Millions of people rode ferries last year in Washington state, but there are serious concerns about staffing ferries as the workforce ages and people retire. One way to attract younger workers is making sure training is up-to-date.
A major upgrade at Seattle Central College's Maritime Academy in the Ballard neighborhood is the introduction of about $1 million-worth of simulation technology. That includes a bridge simulator for navigators and pilots as well as an engine room simulator.
The Seattle Maritime Academy began partnering with Washington State Ferries last year, after the school finished construction on its new building. Ferry officers-in-training can use the bridge simulator to take virtual trips around Washington waters. They have to negotiate passage with other boats and emergencies such as a man overboard.
"We really put them in sticky situations, so when they get in the real world they can re-recognize that feeling of doubt and take action early and proactively," said Harlow Wood, one of the Ferries employees who developed the simulator curriculum.
The bridge simulator is a small room inside a larger dark room, akin to a black box theater. Large TV screens encircle the smaller room, which also houses real radar screens, steering technology and communication tools.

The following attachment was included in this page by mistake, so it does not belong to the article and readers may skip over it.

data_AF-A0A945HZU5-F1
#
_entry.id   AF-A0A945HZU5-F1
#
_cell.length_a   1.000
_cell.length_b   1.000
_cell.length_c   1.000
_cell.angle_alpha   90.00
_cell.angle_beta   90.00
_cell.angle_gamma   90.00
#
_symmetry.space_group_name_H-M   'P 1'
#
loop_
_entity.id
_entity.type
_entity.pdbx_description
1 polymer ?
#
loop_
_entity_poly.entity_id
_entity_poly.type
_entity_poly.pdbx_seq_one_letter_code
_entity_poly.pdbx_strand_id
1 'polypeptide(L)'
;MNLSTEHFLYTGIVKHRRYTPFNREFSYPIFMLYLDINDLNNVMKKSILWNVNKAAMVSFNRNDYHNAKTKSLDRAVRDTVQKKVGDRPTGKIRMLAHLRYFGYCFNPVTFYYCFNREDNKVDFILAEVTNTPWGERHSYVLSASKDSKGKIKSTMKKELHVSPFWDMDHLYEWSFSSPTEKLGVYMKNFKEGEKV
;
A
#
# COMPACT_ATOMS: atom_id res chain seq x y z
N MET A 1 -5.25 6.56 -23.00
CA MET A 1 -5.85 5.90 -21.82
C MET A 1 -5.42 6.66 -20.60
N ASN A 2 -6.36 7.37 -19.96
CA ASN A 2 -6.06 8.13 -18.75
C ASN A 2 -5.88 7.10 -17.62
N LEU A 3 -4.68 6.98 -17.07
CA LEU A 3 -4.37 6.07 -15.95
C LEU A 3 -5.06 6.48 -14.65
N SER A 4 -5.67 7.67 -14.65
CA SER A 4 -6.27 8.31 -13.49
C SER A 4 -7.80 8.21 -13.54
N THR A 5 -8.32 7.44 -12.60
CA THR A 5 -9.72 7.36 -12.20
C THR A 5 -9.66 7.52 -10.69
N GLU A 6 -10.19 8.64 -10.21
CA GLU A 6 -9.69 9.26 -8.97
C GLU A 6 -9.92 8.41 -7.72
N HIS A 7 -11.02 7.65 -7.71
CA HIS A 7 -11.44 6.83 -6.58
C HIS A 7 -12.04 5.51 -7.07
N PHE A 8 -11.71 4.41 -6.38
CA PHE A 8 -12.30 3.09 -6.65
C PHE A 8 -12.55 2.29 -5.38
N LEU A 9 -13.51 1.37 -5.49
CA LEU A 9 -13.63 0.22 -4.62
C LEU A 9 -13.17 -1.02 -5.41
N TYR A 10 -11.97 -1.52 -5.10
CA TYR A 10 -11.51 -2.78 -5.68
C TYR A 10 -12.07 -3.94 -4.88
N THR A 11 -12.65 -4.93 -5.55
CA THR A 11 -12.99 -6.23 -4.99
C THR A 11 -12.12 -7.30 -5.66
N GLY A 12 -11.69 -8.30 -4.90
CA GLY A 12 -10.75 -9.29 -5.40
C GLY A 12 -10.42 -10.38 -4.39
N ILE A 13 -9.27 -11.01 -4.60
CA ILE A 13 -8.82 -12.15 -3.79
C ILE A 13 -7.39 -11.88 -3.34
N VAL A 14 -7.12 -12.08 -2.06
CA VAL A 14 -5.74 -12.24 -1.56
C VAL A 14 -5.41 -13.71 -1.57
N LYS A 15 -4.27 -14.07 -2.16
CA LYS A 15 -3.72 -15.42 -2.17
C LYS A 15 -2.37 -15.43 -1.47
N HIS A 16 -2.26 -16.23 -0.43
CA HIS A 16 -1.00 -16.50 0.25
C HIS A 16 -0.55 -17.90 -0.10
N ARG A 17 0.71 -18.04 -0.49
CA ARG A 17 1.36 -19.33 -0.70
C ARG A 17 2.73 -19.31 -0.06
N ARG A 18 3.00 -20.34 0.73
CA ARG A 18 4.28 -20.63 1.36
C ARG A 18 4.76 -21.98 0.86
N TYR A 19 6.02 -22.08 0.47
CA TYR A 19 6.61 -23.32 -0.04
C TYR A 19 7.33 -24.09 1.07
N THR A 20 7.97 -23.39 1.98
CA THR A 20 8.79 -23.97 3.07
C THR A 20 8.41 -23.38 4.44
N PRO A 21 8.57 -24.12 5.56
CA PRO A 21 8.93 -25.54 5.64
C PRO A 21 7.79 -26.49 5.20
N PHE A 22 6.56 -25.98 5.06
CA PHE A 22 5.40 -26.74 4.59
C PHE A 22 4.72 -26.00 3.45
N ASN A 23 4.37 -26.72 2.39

The simulator doesn't move. But the TV screens provide an animated view of Puget Sound, its islands and a variety of boat traffic. The movement of the computer-generated image can still make you seasick. When trainees call other "boats" or members of their "crew" on the bridge phone or walkie-talkies, trainers like Wood answer them.
Wood says a lot of training used to be done in front of radar screens, which wasn't realistic. He also notes that seamen are typically assessed using a simulator at the Pacific Maritime Institute, so not having one was a disadvantage.
Mark Pickett is in charge of the simulation equipment at Seattle Maritime Academy. In addition to helping the state ferry system, he thinks the new technology will be attractive to young mariners in general.
"If you want to prepare students for the maritime industry, then you have to keep up with the maritime industry, and that means technology," Pickett said.